Compounding these problems are the anime’s production values. The animation is generally pretty poor; except during a few quick action scenes, characters move stiffly and minimally. The art looks awkward and off-model at times, especially when the camera draws back or when multiple characters appear on screen. Not even the opening looks particularly good, and that’s usually where anime studios show off their best animation work. Also, never look too closely at the CG audience members during trials.

Seriously. They’re pretty creepy.

It was admittedly a bit hard to try to consider the show from a fresh perspective after having played the games so many times. While it was nice to see some extra scenes – like how a real Steel Samurai episode might look – these interludes didn’t really do much to enhance my experience with the series in the long run, and I don’t see how anyone who’s played the games would need to watch the show. The creators’ challenge was to convey the fun of playing the Ace Attorney games while working within the confines of an inherently non-interactive medium, and for the most part, they failed to do this. Take away interactivity, reproduce the story with minimal effort, and you’re left feeling like you just watched a watered-down version of the game play out. Indeed, Ace Attorney is often so fixated on reminding viewers that it’s based on a video game that it fails to do anything really interesting with the source material. And if a longtime fan could find this adaptation dull – nods to the game and all – I can only imagine how a viewer with no knowledge of the series might feel.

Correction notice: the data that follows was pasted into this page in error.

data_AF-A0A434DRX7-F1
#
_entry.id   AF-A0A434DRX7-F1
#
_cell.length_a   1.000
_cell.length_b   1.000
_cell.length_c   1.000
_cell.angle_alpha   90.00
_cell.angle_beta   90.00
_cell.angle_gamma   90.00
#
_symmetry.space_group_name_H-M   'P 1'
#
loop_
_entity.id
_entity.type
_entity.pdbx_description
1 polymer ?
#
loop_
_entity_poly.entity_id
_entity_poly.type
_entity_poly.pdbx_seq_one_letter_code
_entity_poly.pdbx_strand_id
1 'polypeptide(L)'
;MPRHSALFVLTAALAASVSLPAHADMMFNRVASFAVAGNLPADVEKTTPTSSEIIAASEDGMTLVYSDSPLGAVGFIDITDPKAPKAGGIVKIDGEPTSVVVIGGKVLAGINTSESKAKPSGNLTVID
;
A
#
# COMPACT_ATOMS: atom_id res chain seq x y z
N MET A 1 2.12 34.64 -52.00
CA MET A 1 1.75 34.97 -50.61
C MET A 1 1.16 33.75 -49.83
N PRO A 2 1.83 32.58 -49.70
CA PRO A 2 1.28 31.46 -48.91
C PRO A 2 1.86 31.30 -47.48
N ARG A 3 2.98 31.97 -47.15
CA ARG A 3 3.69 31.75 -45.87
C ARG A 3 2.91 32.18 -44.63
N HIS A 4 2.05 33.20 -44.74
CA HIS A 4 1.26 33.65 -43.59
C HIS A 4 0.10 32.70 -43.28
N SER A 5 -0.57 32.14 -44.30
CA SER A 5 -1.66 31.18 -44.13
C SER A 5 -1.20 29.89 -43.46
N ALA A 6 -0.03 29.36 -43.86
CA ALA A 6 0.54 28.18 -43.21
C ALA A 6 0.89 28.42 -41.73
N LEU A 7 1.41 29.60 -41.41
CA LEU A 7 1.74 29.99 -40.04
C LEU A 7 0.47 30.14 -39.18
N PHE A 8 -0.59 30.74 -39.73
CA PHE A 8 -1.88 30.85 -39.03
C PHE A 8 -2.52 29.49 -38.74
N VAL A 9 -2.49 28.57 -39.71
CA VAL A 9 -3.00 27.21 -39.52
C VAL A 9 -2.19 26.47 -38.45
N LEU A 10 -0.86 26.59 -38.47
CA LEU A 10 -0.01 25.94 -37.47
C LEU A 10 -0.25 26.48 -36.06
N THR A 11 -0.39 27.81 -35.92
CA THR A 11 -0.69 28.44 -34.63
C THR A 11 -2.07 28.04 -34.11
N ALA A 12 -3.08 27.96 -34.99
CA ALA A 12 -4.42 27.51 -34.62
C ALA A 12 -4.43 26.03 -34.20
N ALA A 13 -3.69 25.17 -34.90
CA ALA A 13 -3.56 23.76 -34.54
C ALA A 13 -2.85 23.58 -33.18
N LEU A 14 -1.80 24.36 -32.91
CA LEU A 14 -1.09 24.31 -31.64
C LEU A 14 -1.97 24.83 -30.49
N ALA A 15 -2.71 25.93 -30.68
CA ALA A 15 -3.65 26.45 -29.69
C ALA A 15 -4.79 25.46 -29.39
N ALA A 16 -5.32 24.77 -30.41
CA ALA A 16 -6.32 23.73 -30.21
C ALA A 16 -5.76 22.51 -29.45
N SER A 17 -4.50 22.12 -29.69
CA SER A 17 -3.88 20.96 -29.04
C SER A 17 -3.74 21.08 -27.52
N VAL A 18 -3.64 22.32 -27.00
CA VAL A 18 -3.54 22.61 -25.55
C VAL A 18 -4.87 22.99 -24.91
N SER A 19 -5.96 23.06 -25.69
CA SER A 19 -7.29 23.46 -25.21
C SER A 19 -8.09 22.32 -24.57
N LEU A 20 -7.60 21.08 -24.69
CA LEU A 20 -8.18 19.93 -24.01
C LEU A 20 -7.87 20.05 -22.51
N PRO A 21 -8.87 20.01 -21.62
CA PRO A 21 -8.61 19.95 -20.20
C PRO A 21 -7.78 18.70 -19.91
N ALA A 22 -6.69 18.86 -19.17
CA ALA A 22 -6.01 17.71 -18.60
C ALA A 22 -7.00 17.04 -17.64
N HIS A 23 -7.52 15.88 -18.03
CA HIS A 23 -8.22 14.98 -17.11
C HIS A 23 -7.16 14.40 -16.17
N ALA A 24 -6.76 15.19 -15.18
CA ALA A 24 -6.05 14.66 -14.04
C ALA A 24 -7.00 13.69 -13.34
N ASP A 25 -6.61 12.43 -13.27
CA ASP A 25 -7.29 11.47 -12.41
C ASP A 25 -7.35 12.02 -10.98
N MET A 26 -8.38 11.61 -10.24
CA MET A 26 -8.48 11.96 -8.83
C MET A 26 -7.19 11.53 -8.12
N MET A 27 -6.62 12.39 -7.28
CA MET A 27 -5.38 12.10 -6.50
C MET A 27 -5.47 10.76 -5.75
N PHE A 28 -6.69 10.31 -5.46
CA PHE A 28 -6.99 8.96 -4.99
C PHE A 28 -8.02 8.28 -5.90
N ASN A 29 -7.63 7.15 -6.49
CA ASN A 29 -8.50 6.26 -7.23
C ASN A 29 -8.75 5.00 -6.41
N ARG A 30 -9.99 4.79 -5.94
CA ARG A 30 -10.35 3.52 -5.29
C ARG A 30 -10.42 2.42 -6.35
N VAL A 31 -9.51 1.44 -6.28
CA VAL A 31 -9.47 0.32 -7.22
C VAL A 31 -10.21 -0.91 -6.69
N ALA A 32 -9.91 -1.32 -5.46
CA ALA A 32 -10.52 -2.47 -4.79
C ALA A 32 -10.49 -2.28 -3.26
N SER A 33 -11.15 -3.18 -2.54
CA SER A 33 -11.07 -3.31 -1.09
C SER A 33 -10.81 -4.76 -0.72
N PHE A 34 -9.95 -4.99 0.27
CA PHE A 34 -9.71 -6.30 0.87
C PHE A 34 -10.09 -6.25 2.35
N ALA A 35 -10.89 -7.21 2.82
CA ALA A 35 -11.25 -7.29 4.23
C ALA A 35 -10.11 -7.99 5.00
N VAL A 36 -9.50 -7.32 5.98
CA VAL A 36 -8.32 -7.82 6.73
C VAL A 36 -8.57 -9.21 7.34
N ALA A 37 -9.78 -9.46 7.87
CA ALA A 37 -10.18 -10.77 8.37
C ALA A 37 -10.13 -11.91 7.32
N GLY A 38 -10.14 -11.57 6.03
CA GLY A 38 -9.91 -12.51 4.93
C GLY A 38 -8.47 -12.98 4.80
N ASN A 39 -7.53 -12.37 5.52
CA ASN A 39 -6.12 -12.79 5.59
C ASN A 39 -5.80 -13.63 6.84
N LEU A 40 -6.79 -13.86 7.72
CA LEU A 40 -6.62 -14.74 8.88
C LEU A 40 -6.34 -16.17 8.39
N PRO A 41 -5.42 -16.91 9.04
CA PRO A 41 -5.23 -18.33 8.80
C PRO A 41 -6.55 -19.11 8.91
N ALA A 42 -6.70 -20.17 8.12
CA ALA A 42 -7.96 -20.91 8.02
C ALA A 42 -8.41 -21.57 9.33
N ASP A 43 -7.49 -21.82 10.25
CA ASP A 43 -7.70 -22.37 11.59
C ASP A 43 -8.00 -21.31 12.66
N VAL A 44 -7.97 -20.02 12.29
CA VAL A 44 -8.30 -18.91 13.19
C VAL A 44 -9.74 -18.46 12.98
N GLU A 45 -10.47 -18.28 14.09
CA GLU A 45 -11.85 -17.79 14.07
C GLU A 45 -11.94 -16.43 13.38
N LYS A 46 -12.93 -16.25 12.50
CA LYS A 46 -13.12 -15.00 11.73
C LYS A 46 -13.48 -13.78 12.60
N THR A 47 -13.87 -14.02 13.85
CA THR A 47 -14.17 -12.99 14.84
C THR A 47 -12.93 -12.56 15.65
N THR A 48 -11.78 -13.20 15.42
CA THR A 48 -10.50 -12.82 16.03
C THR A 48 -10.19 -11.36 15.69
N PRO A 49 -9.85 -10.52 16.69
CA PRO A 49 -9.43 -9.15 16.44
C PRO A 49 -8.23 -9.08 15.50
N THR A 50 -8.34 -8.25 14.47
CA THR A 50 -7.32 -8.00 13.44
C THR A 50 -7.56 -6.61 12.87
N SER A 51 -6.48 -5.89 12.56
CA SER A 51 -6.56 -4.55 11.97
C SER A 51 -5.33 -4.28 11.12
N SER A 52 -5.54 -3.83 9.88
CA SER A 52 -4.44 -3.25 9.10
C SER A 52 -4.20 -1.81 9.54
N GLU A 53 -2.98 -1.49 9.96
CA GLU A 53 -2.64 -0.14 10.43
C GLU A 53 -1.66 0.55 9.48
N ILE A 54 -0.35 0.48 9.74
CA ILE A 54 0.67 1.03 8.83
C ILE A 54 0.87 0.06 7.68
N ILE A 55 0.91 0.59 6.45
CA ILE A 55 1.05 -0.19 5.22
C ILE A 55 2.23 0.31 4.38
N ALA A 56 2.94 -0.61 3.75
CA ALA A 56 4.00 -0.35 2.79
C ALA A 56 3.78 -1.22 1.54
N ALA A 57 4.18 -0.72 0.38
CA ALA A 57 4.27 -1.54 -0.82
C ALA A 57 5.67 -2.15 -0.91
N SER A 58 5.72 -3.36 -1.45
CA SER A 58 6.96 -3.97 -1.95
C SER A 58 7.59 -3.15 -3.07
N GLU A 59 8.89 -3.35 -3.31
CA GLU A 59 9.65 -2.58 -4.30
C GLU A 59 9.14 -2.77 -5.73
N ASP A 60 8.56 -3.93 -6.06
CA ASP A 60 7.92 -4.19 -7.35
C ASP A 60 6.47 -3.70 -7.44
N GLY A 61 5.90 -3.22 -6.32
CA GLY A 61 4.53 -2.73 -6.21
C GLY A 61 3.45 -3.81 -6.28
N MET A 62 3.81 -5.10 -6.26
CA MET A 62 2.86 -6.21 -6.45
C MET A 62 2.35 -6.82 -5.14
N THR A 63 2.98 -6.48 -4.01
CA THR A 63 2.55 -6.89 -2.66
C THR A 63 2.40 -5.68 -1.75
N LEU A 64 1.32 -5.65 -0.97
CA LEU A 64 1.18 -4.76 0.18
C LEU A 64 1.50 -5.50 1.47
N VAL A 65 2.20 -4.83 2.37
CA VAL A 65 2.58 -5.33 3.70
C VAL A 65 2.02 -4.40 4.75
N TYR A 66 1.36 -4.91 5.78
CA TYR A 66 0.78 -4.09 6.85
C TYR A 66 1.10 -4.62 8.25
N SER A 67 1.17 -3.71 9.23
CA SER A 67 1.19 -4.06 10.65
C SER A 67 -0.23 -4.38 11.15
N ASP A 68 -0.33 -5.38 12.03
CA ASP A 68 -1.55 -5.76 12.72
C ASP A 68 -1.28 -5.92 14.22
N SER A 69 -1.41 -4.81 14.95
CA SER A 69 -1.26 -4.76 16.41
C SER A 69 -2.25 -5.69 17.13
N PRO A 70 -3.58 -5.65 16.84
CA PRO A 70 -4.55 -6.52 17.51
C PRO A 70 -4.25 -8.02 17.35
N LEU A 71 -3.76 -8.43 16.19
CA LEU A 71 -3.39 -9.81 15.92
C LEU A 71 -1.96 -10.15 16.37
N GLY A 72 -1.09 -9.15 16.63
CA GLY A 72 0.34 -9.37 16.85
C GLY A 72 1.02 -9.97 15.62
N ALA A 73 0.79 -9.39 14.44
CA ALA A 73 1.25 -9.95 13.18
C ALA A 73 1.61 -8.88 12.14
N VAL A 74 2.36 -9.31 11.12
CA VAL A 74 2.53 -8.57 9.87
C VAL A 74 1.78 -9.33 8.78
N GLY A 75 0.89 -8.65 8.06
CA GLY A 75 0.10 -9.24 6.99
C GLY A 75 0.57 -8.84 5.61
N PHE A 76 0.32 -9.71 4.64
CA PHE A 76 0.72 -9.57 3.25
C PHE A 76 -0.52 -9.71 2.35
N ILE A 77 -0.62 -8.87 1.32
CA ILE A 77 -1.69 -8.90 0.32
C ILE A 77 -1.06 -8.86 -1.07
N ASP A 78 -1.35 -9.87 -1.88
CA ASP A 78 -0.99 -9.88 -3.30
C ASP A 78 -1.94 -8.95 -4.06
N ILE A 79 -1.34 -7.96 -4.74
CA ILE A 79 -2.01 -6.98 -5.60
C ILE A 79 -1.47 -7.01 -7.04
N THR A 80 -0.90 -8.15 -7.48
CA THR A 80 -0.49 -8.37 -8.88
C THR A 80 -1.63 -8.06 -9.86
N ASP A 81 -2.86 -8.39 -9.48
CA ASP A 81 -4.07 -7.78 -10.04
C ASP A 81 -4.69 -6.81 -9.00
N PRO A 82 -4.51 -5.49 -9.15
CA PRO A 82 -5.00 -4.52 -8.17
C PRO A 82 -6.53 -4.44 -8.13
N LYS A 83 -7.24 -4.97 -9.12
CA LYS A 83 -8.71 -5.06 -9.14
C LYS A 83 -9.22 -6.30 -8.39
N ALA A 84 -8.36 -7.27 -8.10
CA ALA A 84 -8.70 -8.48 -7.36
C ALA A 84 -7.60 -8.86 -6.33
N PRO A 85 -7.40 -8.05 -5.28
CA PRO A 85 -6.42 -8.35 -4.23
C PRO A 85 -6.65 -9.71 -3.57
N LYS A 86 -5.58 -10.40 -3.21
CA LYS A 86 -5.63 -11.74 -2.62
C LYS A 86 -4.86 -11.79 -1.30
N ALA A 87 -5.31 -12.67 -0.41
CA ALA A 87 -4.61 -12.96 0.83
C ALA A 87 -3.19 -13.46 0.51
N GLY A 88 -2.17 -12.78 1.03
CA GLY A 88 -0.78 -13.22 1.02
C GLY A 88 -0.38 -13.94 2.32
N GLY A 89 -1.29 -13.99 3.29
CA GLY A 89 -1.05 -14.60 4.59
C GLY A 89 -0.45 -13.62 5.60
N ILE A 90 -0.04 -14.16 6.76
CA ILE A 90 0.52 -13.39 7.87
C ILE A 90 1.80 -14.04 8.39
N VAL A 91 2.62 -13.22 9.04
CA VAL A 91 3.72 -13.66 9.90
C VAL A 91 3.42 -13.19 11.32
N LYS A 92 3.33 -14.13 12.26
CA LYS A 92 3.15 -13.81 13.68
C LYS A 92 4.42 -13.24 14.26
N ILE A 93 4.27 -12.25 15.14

It’s a shame to say this, but I can’t in good conscience recommend this anime across the board, no matter how much I enjoy the Ace Attorney game series. It’s a lazy adaptation that is mediocre at best and boring at worst. The low production values and subpar direction sap charm and tension from what is otherwise good source material, and repetitive graphic interruptions like objection bubbles work in a game, but not so much in a television show. The structure and overall direction of the anime just does not make for compelling watching. Maybe if the studio focuses more on art direction, style, and conveying what makes the games good in the future, the quality of the show will improve – even though the show as-is will still probably appeal to hardcore fans. But if we are getting 12 more episodes of this, I can’t say that what I’ve seen so far makes me excited to continue.

In any case, if the concept of the series interests you, I recommend that you give the games a try instead. There’s not much here to entice new viewers, and unless you’re dying for a recap of the first four cases of the series, there isn’t much to keep old fans hooked either.


  • Retells the first four cases of the first game rather faithfully
  • Some extra scenes feel true to the spirit of the games


  • Stiff animation
  • Uninspired art direction
  • Fails to translate the game’s sense of fun/style
  • References to games may discourage new viewers